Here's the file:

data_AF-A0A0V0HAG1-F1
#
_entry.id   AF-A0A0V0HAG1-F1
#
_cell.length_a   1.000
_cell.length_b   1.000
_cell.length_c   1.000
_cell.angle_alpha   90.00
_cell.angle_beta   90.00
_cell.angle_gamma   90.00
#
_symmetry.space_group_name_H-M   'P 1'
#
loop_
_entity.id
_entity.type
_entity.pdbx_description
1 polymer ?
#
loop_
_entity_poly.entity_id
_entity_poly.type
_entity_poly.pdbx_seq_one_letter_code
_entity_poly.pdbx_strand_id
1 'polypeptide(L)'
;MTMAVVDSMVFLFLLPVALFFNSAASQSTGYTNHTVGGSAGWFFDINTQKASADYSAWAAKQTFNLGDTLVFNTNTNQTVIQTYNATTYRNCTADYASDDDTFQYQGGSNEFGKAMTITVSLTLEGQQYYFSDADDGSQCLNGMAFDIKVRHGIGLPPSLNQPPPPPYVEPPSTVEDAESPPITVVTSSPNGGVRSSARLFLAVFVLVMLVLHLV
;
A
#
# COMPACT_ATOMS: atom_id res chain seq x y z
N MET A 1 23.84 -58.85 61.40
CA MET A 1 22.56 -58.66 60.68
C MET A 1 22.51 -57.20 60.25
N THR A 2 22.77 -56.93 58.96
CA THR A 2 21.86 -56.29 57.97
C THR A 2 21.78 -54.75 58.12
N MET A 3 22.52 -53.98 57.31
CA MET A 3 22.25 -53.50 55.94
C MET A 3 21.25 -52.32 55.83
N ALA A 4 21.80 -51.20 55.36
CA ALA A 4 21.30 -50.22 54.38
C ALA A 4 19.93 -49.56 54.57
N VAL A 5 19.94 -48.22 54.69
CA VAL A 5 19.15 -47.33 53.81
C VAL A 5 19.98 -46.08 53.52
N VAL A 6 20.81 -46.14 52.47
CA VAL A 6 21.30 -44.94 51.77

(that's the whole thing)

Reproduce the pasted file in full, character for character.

data_AF-A0A0V0HAG1-F1
#
_entry.id   AF-A0A0V0HAG1-F1
#
_cell.length_a   1.000
_cell.length_b   1.000
_cell.length_c   1.000
_cell.angle_alpha   90.00
_cell.angle_beta   90.00
_cell.angle_gamma   90.00
#
_symmetry.space_group_name_H-M   'P 1'
#
loop_
_entity.id
_entity.type
_entity.pdbx_description
1 polymer ?
#
loop_
_entity_poly.entity_id
_entity_poly.type
_entity_poly.pdbx_seq_one_letter_code
_entity_poly.pdbx_strand_id
1 'polypeptide(L)'
;MTMAVVDSMVFLFLLPVALFFNSAASQSTGYTNHTVGGSAGWFFDINTQKASADYSAWAAKQTFNLGDTLVFNTNTNQTVIQTYNATTYRNCTADYASDDDTFQYQGGSNEFGKAMTITVSLTLEGQQYYFSDADDGSQCLNGMAFDIKVRHGIGLPPSLNQPPPPPYVEPPSTVEDAESPPITVVTSSPNGGVRSSARLFLAVFVLVMLVLHLV
;
A
#
# COMPACT_ATOMS: atom_id res chain seq x y z
N MET A 1 23.84 -58.85 61.40
CA MET A 1 22.56 -58.66 60.68
C MET A 1 22.51 -57.20 60.25
N THR A 2 22.77 -56.93 58.96
CA THR A 2 21.86 -56.29 57.97
C THR A 2 21.78 -54.75 58.12
N MET A 3 22.52 -53.98 57.31
CA MET A 3 22.25 -53.50 55.94
C MET A 3 21.25 -52.32 55.83
N ALA A 4 21.80 -51.20 55.36
CA ALA A 4 21.30 -50.22 54.38
C ALA A 4 19.93 -49.56 54.57
N VAL A 5 19.94 -48.22 54.69
CA VAL A 5 19.15 -47.33 53.81
C VAL A 5 19.98 -46.08 53.52
N VAL A 6 20.81 -46.14 52.47
CA VAL A 6 21.30 -44.94 51.77